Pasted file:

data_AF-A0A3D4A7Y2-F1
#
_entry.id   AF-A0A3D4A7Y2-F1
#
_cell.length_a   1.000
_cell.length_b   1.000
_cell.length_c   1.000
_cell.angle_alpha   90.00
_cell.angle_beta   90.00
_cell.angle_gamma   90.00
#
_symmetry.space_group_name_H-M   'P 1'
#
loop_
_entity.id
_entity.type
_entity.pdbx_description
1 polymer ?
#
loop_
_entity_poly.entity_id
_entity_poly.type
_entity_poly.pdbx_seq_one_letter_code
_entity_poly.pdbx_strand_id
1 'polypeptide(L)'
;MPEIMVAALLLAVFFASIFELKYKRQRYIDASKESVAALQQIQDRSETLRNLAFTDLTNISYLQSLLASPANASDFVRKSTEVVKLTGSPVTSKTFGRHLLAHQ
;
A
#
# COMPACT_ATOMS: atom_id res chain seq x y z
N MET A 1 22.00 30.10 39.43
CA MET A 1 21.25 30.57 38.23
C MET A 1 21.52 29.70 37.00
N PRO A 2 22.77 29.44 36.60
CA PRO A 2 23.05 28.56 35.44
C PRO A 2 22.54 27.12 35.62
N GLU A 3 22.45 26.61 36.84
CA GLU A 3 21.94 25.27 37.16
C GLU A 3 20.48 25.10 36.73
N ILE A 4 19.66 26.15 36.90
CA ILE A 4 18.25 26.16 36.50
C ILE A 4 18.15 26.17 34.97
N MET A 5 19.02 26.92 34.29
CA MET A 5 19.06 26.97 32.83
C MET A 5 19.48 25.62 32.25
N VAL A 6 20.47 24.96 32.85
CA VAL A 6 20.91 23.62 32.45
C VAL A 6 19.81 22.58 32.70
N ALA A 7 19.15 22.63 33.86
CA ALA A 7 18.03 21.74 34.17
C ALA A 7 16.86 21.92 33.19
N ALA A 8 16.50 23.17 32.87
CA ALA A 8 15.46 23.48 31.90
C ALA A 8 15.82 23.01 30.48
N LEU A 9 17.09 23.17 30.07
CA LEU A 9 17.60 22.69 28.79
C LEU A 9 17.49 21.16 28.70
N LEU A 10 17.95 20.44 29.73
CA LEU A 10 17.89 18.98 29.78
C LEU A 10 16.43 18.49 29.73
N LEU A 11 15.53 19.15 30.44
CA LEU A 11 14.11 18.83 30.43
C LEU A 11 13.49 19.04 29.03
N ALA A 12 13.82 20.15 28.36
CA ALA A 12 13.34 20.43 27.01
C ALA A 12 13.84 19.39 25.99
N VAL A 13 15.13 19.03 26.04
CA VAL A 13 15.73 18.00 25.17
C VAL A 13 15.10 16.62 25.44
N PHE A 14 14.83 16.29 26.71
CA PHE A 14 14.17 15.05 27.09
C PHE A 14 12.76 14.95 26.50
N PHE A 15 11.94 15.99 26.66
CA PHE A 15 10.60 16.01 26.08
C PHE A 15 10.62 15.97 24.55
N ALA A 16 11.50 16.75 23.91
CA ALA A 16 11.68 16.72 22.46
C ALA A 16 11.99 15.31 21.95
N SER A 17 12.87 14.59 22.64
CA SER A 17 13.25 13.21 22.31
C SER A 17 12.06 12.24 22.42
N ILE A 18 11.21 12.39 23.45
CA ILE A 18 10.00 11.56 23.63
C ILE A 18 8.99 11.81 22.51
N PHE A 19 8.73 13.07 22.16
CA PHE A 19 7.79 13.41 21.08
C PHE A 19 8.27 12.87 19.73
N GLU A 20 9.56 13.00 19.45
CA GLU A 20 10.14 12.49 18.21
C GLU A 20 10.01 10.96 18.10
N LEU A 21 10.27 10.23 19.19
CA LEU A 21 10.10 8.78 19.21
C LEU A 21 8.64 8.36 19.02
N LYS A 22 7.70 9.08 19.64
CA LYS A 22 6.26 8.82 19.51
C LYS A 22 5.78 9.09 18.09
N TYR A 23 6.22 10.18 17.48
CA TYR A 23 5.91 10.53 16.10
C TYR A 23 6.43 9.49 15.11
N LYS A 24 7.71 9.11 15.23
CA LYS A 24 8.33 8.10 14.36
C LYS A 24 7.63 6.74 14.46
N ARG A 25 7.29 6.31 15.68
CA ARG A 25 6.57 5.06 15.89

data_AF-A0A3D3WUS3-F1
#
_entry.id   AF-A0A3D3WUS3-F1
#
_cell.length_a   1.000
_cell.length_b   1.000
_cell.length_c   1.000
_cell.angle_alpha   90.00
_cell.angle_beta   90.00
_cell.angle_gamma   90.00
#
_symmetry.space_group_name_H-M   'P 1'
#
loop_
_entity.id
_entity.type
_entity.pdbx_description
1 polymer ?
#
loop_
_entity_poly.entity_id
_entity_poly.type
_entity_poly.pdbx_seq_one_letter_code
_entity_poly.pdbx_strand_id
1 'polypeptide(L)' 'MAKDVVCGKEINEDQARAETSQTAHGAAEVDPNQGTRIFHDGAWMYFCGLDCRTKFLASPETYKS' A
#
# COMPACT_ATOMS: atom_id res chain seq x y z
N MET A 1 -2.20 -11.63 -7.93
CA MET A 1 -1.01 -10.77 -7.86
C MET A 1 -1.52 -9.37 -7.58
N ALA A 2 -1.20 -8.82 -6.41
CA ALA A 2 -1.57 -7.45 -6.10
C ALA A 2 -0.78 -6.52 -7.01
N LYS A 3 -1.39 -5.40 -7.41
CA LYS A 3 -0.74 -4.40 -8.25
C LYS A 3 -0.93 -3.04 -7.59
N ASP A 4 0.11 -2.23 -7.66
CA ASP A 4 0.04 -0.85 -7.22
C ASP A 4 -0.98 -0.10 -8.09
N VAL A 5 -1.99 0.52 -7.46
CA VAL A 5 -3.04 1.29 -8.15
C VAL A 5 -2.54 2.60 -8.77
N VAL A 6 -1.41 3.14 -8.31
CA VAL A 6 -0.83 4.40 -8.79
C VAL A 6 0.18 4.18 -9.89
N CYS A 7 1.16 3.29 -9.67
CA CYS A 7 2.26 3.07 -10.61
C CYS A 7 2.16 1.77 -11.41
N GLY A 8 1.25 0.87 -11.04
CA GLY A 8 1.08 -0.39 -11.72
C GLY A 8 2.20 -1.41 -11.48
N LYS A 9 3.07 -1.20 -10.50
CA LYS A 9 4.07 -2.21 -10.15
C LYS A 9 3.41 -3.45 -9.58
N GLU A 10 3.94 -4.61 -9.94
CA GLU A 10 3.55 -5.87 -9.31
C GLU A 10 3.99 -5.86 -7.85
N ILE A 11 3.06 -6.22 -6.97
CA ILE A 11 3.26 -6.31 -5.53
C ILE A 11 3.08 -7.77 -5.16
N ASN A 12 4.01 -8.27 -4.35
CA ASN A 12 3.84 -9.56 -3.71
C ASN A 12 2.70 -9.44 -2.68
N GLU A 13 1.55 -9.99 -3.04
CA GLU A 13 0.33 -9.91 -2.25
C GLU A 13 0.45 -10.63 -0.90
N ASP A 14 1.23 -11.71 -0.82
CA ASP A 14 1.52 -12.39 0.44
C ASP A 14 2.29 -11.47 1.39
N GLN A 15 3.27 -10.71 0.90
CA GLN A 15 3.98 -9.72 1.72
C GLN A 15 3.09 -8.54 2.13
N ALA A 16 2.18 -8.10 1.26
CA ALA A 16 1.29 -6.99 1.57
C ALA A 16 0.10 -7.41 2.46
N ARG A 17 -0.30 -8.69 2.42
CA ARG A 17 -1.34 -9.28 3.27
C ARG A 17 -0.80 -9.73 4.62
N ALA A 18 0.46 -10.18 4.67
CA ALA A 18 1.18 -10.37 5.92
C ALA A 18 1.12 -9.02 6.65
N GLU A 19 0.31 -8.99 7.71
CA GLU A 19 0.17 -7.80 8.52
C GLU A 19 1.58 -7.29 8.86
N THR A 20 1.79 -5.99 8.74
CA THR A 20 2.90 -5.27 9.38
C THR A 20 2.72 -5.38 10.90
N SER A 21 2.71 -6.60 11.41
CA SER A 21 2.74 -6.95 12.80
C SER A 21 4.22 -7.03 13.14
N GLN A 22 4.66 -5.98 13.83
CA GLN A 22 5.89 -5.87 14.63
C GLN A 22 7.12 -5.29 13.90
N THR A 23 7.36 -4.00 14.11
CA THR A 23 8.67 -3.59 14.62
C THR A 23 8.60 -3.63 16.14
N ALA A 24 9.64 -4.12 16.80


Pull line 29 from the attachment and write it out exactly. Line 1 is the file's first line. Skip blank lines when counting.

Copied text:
#